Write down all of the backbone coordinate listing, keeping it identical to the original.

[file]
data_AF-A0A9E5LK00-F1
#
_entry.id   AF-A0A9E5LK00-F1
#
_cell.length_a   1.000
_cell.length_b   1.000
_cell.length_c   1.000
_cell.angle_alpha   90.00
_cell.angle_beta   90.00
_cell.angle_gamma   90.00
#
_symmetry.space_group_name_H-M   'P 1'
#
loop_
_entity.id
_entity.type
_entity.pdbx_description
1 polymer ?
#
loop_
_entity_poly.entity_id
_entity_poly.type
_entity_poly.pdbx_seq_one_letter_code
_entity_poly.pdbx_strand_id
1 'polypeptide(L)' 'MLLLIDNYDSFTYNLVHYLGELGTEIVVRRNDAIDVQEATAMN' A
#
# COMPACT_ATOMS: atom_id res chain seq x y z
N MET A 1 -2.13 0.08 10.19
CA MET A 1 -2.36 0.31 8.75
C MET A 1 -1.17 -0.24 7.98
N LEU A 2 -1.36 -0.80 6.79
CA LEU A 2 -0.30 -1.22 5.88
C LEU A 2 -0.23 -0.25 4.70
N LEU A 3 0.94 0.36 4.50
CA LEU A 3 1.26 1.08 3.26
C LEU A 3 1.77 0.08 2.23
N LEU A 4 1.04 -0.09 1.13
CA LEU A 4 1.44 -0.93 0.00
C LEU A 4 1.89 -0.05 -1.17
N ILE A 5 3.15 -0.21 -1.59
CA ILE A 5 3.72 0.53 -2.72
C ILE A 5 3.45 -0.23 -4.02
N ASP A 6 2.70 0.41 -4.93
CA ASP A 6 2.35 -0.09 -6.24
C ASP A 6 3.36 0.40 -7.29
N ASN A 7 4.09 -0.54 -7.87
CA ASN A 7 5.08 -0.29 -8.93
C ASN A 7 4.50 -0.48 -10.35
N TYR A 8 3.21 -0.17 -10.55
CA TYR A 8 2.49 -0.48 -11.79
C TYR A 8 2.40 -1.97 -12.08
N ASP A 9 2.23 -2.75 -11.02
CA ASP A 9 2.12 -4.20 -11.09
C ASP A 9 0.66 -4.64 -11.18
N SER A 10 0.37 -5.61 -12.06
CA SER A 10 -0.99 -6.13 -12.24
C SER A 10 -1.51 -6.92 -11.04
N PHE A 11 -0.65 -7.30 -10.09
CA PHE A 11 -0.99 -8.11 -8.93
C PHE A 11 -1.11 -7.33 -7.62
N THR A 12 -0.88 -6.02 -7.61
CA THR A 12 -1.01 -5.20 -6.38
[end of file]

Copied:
data_AF-A0A9E5LK00-F1
#
_entry.id   AF-A0A9E5LK00-F1
#
_cell.length_a   1.000
_cell.length_b   1.000
_cell.length_c   1.000
_cell.angle_alpha   90.00
_cell.angle_beta   90.00
_cell.angle_gamma   90.00
#
_symmetry.space_group_name_H-M   'P 1'
#
loop_
_entity.id
_entity.type
_entity.pdbx_description
1 polymer ?
#
loop_
_entity_poly.entity_id
_entity_poly.type
_entity_poly.pdbx_seq_one_letter_code
_entity_poly.pdbx_strand_id
1 'polypeptide(L)' 'MLLLIDNYDSFTYNLVHYLGELGTEIVVRRNDAIDVQEATAMN' A
#
# COMPACT_ATOMS: atom_id res chain seq x y z
N MET A 1 -2.13 0.08 10.19
CA MET A 1 -2.36 0.31 8.75
C MET A 1 -1.17 -0.24 7.98
N LEU A 2 -1.36 -0.80 6.79
CA LEU A 2 -0.30 -1.22 5.88
C LEU A 2 -0.23 -0.25 4.70
N LEU A 3 0.94 0.36 4.50
CA LEU A 3 1.26 1.08 3.26
C LEU A 3 1.77 0.08 2.23
N LEU A 4 1.04 -0.09 1.13
CA LEU A 4 1.44 -0.93 0.00
C LEU A 4 1.89 -0.05 -1.17
N ILE A 5 3.15 -0.21 -1.59
CA ILE A 5 3.72 0.53 -2.72
C ILE A 5 3.45 -0.23 -4.02
N ASP A 6 2.70 0.41 -4.93
CA ASP A 6 2.35 -0.09 -6.24
C ASP A 6 3.36 0.40 -7.29
N ASN A 7 4.09 -0.54 -7.87
CA ASN A 7 5.08 -0.29 -8.93
C ASN A 7 4.50 -0.48 -10.35
N TYR A 8 3.21 -0.17 -10.55
CA TYR A 8 2.49 -0.48 -11.79
C TYR A 8 2.40 -1.97 -12.08
N ASP A 9 2.23 -2.75 -11.02
CA ASP A 9 2.12 -4.20 -11.09
C ASP A 9 0.66 -4.64 -11.18
N SER A 10 0.37 -5.61 -12.06
CA SER A 10 -0.99 -6.13 -12.24
C SER A 10 -1.51 -6.92 -11.04
N PHE A 11 -0.65 -7.30 -10.09
CA PHE A 11 -0.99 -8.11 -8.93
C PHE A 11 -1.11 -7.33 -7.62
N THR A 12 -0.88 -6.02 -7.61
CA THR A 12 -1.01 -5.20 -6.38